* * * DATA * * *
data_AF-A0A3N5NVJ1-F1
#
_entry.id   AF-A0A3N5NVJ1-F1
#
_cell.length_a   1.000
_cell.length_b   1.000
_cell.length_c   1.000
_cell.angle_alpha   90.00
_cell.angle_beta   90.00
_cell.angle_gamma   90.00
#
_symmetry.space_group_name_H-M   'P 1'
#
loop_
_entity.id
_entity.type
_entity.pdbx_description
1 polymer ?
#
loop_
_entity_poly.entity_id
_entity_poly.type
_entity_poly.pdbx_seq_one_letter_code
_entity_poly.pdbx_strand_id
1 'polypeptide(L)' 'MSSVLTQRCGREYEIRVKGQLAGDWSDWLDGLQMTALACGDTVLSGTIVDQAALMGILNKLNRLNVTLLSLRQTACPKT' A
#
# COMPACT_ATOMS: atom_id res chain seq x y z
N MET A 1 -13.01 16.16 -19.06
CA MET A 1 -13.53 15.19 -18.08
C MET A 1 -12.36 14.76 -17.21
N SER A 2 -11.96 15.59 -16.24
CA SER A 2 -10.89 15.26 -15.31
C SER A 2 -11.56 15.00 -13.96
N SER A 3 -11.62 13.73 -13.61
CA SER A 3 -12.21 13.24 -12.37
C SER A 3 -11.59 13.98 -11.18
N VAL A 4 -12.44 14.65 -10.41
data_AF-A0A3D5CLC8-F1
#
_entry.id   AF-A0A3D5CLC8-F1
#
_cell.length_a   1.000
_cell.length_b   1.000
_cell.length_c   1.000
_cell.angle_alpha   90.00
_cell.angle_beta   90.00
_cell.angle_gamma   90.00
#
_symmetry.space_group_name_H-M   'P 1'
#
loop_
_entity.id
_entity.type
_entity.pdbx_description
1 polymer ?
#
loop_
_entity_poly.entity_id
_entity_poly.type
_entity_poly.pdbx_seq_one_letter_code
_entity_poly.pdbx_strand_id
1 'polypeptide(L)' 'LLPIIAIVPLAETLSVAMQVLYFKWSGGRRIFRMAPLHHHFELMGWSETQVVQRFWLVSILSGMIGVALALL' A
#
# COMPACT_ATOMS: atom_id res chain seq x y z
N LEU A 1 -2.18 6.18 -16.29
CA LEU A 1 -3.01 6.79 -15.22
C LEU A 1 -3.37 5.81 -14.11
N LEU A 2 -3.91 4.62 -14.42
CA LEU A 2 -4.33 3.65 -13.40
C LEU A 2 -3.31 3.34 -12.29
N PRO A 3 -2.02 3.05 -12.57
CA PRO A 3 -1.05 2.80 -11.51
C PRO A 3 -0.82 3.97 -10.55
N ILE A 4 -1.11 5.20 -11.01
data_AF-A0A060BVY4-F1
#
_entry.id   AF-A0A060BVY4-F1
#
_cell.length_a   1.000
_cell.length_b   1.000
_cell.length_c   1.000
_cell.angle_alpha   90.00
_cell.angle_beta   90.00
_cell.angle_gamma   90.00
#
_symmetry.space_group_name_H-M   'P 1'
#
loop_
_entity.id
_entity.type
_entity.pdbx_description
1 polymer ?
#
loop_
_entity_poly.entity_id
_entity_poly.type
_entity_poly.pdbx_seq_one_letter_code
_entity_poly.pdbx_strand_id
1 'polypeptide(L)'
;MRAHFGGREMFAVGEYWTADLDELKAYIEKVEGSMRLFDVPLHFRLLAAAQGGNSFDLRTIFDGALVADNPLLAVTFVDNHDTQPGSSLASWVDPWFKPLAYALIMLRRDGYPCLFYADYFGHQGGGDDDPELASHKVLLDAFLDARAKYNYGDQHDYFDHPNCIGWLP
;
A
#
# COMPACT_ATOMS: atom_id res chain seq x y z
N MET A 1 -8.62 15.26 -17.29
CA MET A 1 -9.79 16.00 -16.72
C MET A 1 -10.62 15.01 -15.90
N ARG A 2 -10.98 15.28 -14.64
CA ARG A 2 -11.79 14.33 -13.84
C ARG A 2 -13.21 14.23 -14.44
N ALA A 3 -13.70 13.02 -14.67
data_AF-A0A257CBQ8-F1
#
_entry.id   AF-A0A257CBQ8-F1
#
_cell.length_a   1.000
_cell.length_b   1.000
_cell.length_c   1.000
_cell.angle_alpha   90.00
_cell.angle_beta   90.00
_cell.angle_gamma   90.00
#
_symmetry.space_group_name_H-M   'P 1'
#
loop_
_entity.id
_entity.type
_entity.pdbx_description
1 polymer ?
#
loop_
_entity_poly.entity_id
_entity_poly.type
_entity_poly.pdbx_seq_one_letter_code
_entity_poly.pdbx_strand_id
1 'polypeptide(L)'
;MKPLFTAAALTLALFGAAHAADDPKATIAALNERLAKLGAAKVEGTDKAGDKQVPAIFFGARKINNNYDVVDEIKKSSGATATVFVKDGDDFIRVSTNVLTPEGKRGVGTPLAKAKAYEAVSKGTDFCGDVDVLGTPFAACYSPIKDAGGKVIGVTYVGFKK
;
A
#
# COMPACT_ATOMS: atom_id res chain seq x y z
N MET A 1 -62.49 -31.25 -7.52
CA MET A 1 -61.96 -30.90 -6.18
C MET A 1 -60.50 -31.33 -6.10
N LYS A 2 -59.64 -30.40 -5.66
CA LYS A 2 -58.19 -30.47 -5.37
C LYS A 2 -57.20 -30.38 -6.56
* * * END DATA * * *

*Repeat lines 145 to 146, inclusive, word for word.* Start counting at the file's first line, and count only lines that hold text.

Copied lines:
N LYS A 2 -59.64 -30.40 -5.66
CA LYS A 2 -58.19 -30.47 -5.37